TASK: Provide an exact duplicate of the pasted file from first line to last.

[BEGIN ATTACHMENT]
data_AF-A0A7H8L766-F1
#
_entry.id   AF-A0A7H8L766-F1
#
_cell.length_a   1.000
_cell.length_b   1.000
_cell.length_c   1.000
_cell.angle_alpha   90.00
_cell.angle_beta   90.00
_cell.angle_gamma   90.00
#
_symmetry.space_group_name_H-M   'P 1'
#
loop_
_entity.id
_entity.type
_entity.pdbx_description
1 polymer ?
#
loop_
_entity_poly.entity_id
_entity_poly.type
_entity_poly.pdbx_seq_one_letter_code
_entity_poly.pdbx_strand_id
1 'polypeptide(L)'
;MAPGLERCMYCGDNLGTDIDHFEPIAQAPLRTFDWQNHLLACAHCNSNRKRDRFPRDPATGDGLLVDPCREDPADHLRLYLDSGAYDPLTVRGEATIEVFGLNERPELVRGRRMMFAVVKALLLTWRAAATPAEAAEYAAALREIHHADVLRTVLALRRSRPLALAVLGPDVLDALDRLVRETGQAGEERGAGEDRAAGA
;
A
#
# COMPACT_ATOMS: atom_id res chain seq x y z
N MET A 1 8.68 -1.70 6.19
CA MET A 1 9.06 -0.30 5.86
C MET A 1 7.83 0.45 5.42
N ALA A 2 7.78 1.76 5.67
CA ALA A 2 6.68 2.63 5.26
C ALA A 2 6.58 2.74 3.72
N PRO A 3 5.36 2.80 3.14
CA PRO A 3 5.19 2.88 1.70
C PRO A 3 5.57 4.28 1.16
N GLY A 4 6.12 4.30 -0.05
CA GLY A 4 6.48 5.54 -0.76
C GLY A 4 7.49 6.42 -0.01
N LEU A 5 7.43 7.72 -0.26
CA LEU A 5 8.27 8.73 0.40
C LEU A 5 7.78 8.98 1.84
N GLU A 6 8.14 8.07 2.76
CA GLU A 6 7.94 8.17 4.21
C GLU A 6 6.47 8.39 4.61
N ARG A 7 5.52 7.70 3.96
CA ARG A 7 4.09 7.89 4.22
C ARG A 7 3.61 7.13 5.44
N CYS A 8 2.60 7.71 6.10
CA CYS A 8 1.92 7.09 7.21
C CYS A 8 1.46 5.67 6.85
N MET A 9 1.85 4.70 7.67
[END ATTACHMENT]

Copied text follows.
data_AF-A0A7H8L766-F1
#
_entry.id   AF-A0A7H8L766-F1
#
_cell.length_a   1.000
_cell.length_b   1.000
_cell.length_c   1.000
_cell.angle_alpha   90.00
_cell.angle_beta   90.00
_cell.angle_gamma   90.00
#
_symmetry.space_group_name_H-M   'P 1'
#
loop_
_entity.id
_entity.type
_entity.pdbx_description
1 polymer ?
#
loop_
_entity_poly.entity_id
_entity_poly.type
_entity_poly.pdbx_seq_one_letter_code
_entity_poly.pdbx_strand_id
1 'polypeptide(L)'
;MAPGLERCMYCGDNLGTDIDHFEPIAQAPLRTFDWQNHLLACAHCNSNRKRDRFPRDPATGDGLLVDPCREDPADHLRLYLDSGAYDPLTVRGEATIEVFGLNERPELVRGRRMMFAVVKALLLTWRAAATPAEAAEYAAALREIHHADVLRTVLALRRSRPLALAVLGPDVLDALDRLVRETGQAGEERGAGEDRAAGA
;
A
#
# COMPACT_ATOMS: atom_id res chain seq x y z
N MET A 1 8.68 -1.70 6.19
CA MET A 1 9.06 -0.30 5.86
C MET A 1 7.83 0.45 5.42
N ALA A 2 7.78 1.76 5.67
CA ALA A 2 6.68 2.63 5.26
C ALA A 2 6.58 2.74 3.72
N PRO A 3 5.36 2.80 3.14
CA PRO A 3 5.19 2.88 1.70
C PRO A 3 5.57 4.28 1.16
N GLY A 4 6.12 4.30 -0.05
CA GLY A 4 6.48 5.54 -0.76
C GLY A 4 7.49 6.42 -0.01
N LEU A 5 7.43 7.72 -0.26
CA LEU A 5 8.27 8.73 0.40
C LEU A 5 7.78 8.98 1.84
N GLU A 6 8.14 8.07 2.76
CA GLU A 6 7.94 8.17 4.21
C GLU A 6 6.47 8.39 4.61
N ARG A 7 5.52 7.70 3.96
CA ARG A 7 4.09 7.89 4.22
C ARG A 7 3.61 7.13 5.44
N CYS A 8 2.60 7.71 6.10
CA CYS A 8 1.92 7.09 7.21
C CYS A 8 1.46 5.67 6.85
N MET A 9 1.85 4.70 7.67